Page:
The Trauma of Growing Up in a Body That Wants to Evict You
I was born into this world breathless and unsafe. I had a heart that didn’t work the way it should. As a child with a congenital disability, I was always told I had it easy. I had parents who loved and cared about me; my disability wasn’t “that bad.” Yet medical trauma seemed to show up in key points in my adolescence to adulthood and I realized that this trauma had made me feel as if I was never truly safe or in control of my life and body.
Complex post-traumatic stress disorder is usually when someone has repeatedly experienced traumatic events or has been exposed to prolonged trauma. Many people who have disabilities, chronic illnesses, and/or have undergone several surgeries deal with complex trauma. Since I was born, my life and survival revolved around doctors, tests, and surgeries. People ask me, “How do you do it?” I’ve always replied, “What else am I supposed to do?” It’s all I’ve ever known. It’s what I have to do to survive. Yet that doesn’t mean it doesn’t come with its own weight.
When our bodies never feel like a safe haven, it can cause issues in our life. As children, we are supposed to rely on our bodies. Our young bodies are made to run, ride a bike, and play with our friends. They are built to withstand mistakes like falling from the monkey bars and scraping knees. My childhood was sheltered by my condition. I was limited in what I was able to do. Each surgery was a complex medical trauma that my childhood brain didn’t know how to process. I don’t ever remember having that moment of realization of the consequences of death and dying. I think I always had an idea of mortality.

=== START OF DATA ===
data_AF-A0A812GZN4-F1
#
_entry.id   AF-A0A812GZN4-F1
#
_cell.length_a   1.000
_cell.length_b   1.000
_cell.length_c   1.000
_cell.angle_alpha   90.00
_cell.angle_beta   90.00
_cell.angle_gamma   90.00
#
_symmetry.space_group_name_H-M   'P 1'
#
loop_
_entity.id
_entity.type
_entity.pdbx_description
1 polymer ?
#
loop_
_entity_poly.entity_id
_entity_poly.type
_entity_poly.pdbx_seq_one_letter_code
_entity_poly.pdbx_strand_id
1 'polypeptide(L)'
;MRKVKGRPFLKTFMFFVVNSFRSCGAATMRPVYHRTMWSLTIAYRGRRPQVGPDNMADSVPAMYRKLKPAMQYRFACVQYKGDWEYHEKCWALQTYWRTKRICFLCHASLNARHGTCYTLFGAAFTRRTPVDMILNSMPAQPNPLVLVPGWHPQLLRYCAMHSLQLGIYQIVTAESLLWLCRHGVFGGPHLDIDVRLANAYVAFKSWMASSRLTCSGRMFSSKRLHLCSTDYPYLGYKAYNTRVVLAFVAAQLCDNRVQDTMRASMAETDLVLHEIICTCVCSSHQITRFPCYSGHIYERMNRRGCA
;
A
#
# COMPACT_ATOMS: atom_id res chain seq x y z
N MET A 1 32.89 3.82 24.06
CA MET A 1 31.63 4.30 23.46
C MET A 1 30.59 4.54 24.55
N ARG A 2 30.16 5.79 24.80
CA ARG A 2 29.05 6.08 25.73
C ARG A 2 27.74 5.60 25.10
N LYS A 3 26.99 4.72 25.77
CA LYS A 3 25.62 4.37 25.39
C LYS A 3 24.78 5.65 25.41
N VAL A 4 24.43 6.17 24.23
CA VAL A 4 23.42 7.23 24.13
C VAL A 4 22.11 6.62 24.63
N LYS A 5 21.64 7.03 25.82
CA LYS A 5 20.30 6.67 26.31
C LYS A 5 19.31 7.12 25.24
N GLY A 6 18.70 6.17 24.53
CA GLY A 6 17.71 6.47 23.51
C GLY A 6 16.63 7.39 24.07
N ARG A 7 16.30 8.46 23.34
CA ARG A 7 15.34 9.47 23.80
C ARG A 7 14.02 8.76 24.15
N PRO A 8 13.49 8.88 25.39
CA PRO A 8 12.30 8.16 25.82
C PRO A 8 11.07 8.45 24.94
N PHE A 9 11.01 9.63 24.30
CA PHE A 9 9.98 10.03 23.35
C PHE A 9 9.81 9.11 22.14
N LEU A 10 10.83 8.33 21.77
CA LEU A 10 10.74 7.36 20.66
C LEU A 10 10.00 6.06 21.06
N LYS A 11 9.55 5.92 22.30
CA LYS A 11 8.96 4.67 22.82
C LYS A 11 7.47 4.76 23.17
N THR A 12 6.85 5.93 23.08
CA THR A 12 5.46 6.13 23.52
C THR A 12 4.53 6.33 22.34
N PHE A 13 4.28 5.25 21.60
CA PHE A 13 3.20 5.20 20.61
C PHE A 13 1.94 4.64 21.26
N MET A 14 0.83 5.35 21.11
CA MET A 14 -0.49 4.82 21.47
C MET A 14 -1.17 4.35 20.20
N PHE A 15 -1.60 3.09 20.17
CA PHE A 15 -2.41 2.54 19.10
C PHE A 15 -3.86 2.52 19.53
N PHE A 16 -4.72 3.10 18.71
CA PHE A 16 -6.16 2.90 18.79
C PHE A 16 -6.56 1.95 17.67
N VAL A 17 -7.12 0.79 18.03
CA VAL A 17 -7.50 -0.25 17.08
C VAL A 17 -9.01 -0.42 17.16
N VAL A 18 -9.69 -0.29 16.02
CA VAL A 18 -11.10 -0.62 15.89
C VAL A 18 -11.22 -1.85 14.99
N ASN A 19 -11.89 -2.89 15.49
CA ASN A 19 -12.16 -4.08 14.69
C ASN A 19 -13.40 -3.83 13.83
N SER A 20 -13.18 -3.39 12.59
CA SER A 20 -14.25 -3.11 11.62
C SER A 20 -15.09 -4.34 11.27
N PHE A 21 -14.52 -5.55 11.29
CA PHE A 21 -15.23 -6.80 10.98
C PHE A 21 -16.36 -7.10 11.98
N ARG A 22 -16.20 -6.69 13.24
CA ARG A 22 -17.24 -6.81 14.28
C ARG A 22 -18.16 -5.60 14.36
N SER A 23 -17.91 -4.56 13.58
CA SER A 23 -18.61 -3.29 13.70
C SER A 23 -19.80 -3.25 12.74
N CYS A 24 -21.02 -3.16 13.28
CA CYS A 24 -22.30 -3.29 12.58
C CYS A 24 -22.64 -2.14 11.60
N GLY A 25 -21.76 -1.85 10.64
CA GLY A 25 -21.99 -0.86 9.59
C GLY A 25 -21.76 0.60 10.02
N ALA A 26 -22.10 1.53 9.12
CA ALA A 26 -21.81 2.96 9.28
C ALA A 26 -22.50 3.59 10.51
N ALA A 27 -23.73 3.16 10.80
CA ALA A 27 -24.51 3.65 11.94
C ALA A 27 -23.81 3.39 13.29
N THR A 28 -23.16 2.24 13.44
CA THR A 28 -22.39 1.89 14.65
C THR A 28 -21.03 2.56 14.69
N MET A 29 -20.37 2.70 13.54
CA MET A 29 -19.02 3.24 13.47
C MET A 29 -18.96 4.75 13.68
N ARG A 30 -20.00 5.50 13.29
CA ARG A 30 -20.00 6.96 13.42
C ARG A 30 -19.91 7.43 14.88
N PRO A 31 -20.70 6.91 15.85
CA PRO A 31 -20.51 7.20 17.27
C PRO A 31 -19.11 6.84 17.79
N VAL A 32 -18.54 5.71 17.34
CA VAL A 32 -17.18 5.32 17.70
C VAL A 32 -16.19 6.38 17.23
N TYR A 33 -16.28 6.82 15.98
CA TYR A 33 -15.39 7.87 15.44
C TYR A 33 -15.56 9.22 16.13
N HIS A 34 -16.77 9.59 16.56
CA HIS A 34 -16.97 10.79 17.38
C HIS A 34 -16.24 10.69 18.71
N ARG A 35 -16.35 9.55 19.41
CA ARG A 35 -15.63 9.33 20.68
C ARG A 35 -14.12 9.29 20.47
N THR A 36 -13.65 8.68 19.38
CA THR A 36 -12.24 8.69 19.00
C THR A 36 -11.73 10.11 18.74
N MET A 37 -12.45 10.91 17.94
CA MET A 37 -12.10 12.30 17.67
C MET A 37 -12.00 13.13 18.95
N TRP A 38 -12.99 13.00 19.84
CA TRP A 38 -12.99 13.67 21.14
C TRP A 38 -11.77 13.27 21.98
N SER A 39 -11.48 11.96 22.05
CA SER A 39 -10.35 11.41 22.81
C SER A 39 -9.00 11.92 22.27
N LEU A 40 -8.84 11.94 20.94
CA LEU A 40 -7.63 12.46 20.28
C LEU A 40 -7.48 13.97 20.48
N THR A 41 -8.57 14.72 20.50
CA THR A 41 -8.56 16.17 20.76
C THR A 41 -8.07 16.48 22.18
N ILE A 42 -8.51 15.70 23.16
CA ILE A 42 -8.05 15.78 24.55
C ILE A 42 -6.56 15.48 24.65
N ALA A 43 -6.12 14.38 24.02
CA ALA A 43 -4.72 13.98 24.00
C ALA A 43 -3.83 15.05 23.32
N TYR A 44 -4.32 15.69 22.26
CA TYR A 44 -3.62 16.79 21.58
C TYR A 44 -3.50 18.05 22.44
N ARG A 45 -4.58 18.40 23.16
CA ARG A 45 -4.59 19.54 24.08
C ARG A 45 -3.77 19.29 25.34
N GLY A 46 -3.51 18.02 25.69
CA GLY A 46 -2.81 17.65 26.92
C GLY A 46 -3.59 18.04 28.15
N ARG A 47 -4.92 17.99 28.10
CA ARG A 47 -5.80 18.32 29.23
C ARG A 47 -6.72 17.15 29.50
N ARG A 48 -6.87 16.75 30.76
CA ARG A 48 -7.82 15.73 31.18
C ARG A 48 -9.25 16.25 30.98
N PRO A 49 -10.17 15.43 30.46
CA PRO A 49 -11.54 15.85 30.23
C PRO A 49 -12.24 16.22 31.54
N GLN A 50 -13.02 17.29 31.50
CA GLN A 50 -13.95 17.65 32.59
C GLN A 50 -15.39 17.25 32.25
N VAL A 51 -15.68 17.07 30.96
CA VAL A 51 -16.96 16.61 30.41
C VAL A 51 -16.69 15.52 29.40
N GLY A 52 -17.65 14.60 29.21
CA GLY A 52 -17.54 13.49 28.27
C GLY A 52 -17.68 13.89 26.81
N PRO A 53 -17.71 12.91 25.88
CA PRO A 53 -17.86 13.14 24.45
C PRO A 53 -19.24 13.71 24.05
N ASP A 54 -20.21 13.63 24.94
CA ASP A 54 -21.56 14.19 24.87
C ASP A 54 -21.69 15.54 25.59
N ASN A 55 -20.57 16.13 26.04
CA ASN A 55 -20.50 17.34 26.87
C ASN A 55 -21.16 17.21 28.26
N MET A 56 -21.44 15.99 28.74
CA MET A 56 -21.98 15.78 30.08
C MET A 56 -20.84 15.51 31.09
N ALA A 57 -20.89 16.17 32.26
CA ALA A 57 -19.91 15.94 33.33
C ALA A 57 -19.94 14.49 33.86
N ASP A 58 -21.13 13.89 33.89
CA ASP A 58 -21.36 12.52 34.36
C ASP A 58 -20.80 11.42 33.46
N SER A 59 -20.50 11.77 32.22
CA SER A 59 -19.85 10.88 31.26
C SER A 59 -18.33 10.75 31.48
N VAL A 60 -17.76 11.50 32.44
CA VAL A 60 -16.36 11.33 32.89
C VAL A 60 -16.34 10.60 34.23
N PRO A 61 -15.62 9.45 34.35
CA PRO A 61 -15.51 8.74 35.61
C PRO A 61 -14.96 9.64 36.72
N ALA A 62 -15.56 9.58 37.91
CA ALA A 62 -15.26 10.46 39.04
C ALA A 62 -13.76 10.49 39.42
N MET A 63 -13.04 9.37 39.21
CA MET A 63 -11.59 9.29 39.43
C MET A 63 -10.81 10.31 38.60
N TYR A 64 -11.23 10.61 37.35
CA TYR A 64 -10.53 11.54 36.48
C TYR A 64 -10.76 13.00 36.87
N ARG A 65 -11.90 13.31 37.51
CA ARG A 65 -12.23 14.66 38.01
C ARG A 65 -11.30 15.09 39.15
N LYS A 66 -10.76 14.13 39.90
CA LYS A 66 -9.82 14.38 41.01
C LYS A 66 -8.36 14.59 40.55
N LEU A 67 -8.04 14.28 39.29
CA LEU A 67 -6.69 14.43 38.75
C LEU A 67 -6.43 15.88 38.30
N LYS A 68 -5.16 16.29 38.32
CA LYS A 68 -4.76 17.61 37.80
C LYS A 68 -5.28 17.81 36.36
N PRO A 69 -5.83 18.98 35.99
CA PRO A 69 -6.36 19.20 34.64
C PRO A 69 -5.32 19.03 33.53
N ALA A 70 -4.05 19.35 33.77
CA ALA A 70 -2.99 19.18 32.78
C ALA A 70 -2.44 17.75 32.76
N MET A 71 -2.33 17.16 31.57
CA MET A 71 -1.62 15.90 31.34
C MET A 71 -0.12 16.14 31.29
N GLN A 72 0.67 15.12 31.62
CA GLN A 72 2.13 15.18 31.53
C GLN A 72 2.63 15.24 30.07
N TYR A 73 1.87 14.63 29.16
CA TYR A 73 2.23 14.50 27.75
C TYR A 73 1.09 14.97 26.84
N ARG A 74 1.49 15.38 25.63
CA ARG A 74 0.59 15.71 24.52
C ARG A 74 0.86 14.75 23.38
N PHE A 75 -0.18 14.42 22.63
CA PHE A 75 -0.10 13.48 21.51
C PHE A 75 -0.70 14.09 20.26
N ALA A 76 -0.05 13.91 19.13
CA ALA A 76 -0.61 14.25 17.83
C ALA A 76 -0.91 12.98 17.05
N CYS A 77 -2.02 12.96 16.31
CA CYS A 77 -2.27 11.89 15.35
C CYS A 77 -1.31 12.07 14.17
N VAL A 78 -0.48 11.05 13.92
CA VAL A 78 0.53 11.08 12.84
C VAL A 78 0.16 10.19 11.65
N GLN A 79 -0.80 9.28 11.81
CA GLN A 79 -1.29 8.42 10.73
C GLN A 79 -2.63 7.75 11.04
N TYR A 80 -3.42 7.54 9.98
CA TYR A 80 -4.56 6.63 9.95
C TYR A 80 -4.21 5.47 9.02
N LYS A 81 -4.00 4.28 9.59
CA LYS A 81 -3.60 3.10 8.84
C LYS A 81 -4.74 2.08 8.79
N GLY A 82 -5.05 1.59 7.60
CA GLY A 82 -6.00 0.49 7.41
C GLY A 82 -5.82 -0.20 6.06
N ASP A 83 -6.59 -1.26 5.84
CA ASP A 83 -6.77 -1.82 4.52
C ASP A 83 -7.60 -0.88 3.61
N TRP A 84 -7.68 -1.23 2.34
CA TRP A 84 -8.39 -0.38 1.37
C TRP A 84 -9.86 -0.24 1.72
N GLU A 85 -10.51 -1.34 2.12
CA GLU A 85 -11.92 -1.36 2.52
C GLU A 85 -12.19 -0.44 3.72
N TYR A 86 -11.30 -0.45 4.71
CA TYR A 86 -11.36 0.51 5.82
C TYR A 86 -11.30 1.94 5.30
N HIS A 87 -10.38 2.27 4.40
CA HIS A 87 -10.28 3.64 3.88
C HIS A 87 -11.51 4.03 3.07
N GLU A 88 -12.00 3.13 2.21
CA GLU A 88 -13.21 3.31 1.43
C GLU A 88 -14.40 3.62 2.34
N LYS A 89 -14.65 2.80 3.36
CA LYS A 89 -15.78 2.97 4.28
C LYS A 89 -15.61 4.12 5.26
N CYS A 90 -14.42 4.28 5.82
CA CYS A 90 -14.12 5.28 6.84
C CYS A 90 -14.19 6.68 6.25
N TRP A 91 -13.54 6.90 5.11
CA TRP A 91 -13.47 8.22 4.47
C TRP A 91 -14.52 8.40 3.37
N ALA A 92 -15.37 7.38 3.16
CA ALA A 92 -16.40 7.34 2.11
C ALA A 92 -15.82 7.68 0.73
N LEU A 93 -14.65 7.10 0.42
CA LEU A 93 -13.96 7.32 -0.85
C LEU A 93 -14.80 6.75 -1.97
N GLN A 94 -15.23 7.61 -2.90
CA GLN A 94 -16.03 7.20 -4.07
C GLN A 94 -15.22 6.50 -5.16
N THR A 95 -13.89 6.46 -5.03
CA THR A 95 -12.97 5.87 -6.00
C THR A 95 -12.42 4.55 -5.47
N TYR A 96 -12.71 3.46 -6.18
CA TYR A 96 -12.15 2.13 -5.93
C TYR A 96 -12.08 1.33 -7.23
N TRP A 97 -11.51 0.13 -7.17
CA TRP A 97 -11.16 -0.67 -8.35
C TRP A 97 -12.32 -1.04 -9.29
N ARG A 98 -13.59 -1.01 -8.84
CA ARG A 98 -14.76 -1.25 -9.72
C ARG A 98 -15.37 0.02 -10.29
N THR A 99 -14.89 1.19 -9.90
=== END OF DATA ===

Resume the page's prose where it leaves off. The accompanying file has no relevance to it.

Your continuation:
Although I was never ashamed of my disability, I had such a hard time talking about it. Even now, I can talk more about my other conditions and mental health than my heart condition. My heart condition has always been tied to so many traumatic memories that I tend to avoid it. People would ask me about my surgery, they would ask me about the future of my heart condition, and all I could picture is things that had happened to me in the hospital. When I got into high school, I hated going to my cardiologist appointments. I would be in an awful mood when I’d get there. For many years I was like this. I was easy to anger and I always snapped at my family who tried to help me through tests and appointments. But I saw each Echo, EKG, blood test, nurse, doctor as just another reminder of the trauma I went through. They weren’t just a reminder of my past trauma but the possibility of what I will continue to go through in my life with this disability.
Lately, I’ve been helped by therapy, talking, and writing more about what I’ve gone through. I’ve realized that I’m not alone. It can be so tough feeling safe in a body that feels like it is always trying to evict you. Finding peace with my body is a journey, but it’s one I’m willing to go on. My disability isn’t going to be cured. I’ll always have it. But working through my complex trauma due to my disability is a move that I can make to start making me feel safer in this beautiful body I have.
Getty image by Esben_H.